Food entrepreneur bakes cheesecake in a jarLe’Anns Cheesecakes ‘N More

Ever dream that your grandpa’s signature hot sauce might be your recipe for success? While starting any business is no easy task, becoming a food entrepreneur is a special challenge. Find out what makes a food-based venture cook with lessons from some of our most recent Tampa Bay startups.

Fourth in a series

Fresh concept: Artisan cheesecake slices in a jar -- a delicious solution to the messy problem of serving highly perishable cheesecake-to-go, especially in Florida’s heat.

The dish: When LeAnn and Joseph Jackson married in 2009, they shared an Italian heritage and a love for cooking, including a cookbook passed down through four generations in LeAnn’s family. While LeAnn worked as a preschool teacher she cooked cheesecakes for friends and family, adding her own special taste to her “secret family” recipes. For years, they told her one thing over and over: “You need to start selling these!” 

One day the Jacksons attended a luncheon where they heard another couple talk about how they started a successful business after being told the same thing. On the way home, they agreed it was time to take the leap. 

“LeAnn quit her job three days after we decided and we were up and running in two weeks. It was a whirlwind,” says Joseph, who put another business on hold to work full-time alongside LeAnn, initially helping find a rental kitchen and getting the required inspections and certifications.

Starting out in October 2014 at community markets,
Fresh concept: Artisan cheesecake slices in a jar -- a delicious solution to the messy problem of serving highly perishable cheesecake-to-go, especially in Florida’s heat.
they made whole cheesecakes to sell by the slice -- and quickly discovered they had a serious problem.

“Sun and heat and cheesecake don’t get along. We had to figure out how to do it differently because we were throwing away more than we were selling,” says LeAnn. And when it came to transporting cheesecakes, they could be a “complete mess.”

After many attempts, the couple came across the idea of baking a cheesecake slice right into a jar, which insulates the cold cheesecake and keeps it from melting in the Florida heat. With the jar, customers have a two- to three-hour time window to eat or refrigerate a Le’Anns Cheesecake. Without the jar? About 15 minutes, according to the Jacksons.

While cheesecake sales took off, Joseph added another portable dessert to their repertoire: A classic Italian cannoli based on his own recipe.

Going from “a couple of cheesecakes a week” to averaging 2,000 to 3,000 jars a month, the Jacksons say the business is now supporting them. “We made the turn right about the one-year mark,” says Joseph.  

Marketing strategy: By shifting from markets to focusing on large events that draw 10,000 to 15,000 people, the couple said they gain much higher volume and exposure than they would with farmer’s markets. They use social media – mainly Facebook and Instagram – to keep fans informed of their event schedule. 

What’s on the menu: Le’Anns Cheesecakes 'N More offers 28 mouth-watering “classic” and “premium” cheesecake flavors, including the “Big New York” topped by a cannoli and locally inspired recipes like “Classic Ybor City” with fresh guava jam. There are another 10 options designed for the gluten-free crowd.  Customers can also order a 6-pack or 12-pack, which offer variety with a choice of different slices, along with a discount.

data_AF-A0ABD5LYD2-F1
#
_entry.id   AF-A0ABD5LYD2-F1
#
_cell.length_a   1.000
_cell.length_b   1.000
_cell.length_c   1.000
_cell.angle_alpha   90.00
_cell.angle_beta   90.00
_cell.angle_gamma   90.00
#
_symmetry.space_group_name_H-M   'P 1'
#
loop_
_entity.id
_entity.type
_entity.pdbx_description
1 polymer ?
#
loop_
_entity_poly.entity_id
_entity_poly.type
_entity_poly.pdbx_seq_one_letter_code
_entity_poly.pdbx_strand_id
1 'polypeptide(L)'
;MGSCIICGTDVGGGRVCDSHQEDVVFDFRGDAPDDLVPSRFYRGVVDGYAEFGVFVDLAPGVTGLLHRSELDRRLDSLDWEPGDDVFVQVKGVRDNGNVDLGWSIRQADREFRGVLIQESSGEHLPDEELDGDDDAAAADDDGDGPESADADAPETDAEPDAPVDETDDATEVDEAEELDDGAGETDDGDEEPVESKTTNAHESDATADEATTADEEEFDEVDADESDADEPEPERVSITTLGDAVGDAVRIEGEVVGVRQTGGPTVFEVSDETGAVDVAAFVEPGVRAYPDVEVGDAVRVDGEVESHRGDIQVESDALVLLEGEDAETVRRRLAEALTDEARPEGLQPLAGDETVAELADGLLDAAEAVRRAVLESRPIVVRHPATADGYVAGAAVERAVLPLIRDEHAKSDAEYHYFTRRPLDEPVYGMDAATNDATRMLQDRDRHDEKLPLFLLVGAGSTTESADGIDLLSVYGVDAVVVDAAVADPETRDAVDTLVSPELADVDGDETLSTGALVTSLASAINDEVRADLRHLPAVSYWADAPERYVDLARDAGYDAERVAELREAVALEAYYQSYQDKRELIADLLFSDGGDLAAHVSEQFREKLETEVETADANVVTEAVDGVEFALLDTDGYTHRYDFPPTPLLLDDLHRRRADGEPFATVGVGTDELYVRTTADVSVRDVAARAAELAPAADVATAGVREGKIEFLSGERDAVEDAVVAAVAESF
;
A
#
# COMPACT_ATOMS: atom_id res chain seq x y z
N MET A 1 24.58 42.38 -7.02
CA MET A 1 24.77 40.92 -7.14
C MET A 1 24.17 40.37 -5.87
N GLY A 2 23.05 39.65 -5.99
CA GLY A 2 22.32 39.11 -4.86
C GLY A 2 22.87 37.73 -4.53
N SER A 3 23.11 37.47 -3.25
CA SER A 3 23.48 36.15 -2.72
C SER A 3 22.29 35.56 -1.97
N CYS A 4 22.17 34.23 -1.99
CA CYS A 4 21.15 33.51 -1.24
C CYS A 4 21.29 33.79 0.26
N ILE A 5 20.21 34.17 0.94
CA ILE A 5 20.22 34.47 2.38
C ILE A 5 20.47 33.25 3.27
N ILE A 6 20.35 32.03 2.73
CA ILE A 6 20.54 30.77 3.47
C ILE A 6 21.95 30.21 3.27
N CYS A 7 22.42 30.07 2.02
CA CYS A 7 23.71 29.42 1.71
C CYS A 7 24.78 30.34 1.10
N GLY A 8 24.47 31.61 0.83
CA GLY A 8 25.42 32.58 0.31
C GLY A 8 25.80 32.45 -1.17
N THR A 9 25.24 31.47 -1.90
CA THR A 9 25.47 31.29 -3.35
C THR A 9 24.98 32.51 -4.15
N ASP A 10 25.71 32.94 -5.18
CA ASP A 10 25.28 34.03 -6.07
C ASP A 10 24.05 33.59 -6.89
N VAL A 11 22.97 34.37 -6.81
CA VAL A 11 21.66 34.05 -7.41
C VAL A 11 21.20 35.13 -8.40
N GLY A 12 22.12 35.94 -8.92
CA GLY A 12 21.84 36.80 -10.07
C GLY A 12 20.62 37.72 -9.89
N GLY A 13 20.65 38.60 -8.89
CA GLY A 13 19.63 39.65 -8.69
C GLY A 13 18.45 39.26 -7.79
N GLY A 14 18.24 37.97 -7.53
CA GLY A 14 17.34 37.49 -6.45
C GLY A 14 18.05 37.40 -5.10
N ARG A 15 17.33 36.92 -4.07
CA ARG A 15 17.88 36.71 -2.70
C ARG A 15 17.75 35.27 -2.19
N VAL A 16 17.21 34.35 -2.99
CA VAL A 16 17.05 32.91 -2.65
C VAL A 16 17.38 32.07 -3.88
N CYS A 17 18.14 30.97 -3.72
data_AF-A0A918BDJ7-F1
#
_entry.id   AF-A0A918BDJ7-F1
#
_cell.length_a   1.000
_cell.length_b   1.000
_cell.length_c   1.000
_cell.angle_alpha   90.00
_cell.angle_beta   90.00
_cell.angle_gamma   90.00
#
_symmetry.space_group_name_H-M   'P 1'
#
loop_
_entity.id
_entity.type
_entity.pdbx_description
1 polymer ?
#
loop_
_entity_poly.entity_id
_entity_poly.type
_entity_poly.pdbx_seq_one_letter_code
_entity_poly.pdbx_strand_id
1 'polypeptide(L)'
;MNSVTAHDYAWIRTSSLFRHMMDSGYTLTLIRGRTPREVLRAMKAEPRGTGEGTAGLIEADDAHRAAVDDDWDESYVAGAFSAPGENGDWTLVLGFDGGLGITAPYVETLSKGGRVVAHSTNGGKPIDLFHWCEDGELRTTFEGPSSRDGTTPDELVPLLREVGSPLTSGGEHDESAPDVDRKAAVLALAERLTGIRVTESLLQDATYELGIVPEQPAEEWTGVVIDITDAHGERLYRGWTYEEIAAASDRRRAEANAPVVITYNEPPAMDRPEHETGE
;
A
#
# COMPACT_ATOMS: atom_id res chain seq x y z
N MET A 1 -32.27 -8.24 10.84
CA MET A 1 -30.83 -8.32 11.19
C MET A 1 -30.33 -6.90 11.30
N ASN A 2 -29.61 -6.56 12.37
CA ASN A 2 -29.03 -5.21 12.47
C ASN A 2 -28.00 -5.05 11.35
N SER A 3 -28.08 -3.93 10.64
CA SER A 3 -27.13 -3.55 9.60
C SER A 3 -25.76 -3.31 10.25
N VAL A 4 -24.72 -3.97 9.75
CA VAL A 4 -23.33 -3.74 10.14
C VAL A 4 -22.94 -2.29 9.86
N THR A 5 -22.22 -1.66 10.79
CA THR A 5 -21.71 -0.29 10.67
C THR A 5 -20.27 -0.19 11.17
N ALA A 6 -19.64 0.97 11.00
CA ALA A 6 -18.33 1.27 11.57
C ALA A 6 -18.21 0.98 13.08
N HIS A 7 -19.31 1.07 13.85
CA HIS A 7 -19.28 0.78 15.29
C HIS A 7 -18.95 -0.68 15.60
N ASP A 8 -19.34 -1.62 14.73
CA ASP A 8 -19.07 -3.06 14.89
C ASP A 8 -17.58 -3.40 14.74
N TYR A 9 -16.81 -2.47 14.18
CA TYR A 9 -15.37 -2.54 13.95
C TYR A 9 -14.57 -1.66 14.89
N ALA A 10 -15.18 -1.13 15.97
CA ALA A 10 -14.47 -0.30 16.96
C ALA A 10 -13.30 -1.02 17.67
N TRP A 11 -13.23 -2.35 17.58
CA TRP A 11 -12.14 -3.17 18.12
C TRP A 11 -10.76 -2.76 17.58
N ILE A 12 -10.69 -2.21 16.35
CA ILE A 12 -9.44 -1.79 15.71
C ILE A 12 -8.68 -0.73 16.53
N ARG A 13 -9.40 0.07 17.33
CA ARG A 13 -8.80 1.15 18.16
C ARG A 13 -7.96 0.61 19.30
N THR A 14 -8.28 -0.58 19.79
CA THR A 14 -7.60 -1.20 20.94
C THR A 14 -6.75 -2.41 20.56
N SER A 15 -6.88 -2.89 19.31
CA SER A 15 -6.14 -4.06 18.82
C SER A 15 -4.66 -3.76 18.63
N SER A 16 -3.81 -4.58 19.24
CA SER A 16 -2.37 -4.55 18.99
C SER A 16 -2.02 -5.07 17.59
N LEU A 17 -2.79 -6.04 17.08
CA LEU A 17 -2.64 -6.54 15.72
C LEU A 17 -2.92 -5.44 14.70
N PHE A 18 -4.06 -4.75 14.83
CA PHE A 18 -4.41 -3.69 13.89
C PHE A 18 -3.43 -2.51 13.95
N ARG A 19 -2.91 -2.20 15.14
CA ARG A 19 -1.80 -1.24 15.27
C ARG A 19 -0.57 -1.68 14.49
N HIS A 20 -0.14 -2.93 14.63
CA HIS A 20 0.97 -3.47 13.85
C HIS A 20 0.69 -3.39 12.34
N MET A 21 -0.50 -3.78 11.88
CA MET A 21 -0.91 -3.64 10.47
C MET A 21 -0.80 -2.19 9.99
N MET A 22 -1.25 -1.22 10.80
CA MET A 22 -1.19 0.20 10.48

Where to buy: Visit Le’ Anns Cheesecakes on Facebook to follow their event schedule. You can also find their cheesecakes at JJ’s Market & Delicatessen in St. Petersburg, Amichi Pizza in Lutz, Family Friendly Farms in Westshore, and Rolling Pin Kitchen Emporium in Brandon. Or you can order online at to have the desserts delivered to your home or business via Mobile Meals. 

The next course: Big growth is ahead for this sweet venture, as the cheesecake jars will soon be sold in seven new kiosk locations at Tampa International Airport (TIA) terminals by Newslink, an airport concessionaire. 

“It’s a lot easier to take an 8-ounce jar on the plane than a slice of cheesecake,” says LeAnn. In addition, the couple is looking for their own kitchen location, where they’ll sell their desserts in a small café. Other restaurant locations are also in the works.

Food for thought: If you have a creative idea for a food product, “stop thinking about it and just do it. The only way to find out if it will work is to just for it,” advise the Jacksons. “With the amount of rental kitchens and entrepreneurial assistance throughout the area, all the resources are out there for anyone who has an idea to try it out in a small, cost-effective way,” says Joseph. “We started with no savings and put every dime we had into it, and just grew it slowly and surely. You’ll never have enough money to start a business, but if you keep going and pushing and not taking no for an answer, you can do it.”

83 Degrees Media's series on foodie entrepreneurs:

Read more articles by Elizabeth Taylor.

Elizabeth Taylor is a freelance business writer who lives on the Hillsborough River in Seminole Heights, Tampa’s friendly and funky neighborhood. She grew up in Madeira Beach and earned her BA in English from Georgetown University in Washington, D.C. With over a decade specializing in writing about sustainability, Liz enjoys telling stories about Tampa Bay businesses and people who are creating positive change.
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